I also brought a camera because I really don't think anyone would believe me when we said just how full this house is! If we're to find more help for these cats, the big help that we really need, we've got to take photos to show rescues what these cats are currently living in.
The owners of the home and these cats have obviously been in over their head for some time now and in need of help. Many of the hoarding situations you see in the media result in death for the animals, whether from continuing to live in these conditions or from the local shelter not being able to contain them (be it the huge quantity all at once or the sicknesses hoarded animals often carry). We want something more for these cats - we want to save these cats! All of them.
A bunch of other cats were surrounding the carrier when we got there (note the first pic) - sniffing it, laying on it, looking into it. There were other cats curled up in carriers we had left there too. There were cats everywhere - on the sofa, on the table, on the kitchen counters, on the kitchen chairs, smooshed in the windows (which were mostly covered over so no one could see in), stretched out on top of a couple refrigerators, etc ... and these are just the cats downstairs. We weren't allowed upstairs.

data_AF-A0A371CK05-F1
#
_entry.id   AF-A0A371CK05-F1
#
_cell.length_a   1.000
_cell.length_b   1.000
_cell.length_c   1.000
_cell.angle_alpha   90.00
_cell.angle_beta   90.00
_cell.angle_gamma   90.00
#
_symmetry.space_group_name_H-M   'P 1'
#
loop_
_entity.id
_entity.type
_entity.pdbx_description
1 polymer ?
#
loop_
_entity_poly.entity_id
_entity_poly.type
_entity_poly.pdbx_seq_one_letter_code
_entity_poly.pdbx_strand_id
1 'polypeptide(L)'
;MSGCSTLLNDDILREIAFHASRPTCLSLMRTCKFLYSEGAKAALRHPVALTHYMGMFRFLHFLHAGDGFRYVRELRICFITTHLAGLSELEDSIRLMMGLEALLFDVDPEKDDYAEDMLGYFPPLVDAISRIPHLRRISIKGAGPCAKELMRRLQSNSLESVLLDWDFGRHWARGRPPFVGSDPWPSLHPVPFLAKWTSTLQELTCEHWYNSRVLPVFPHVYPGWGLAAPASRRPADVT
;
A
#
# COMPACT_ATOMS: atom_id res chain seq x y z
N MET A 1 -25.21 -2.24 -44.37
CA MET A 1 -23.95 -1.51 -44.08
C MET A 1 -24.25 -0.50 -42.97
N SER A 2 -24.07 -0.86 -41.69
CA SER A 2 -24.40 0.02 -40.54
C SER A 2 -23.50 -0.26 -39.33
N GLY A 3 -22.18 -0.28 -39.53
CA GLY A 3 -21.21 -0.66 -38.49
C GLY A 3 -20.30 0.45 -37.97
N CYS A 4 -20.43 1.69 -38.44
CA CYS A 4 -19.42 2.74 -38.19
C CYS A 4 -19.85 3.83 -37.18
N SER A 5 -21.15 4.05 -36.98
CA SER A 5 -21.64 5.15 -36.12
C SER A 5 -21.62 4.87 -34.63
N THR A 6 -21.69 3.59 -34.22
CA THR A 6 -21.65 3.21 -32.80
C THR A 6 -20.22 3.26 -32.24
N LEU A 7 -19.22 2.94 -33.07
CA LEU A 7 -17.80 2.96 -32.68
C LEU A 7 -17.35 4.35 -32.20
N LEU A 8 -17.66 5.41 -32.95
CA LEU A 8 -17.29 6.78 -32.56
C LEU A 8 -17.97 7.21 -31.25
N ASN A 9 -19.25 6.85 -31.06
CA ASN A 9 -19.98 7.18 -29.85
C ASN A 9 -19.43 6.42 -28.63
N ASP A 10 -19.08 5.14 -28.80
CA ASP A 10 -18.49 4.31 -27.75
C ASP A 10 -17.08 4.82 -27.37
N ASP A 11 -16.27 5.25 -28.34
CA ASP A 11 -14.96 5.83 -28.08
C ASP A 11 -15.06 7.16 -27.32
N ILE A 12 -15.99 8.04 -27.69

Here are some photos from the house today:
However, I told Joyce that the hoarder's house I did almost 10 years ago was a lot like that too - the cats you saw at first were mostly friendly, mostly healthy ... until you started removing them, then the cats would hide or you got down to the cats that were less social.
Well, after leaving the house and waiting for the 10 kittens' foster mom to show up, I noticed one of the kittens had a bump and sore on her little arm. I hadn't noticed it at first until I started looking at the kittens one by one. That'll need to be looked into... and I'm a little nervous about what else we might find in the house if this is how we're starting out. Tweet This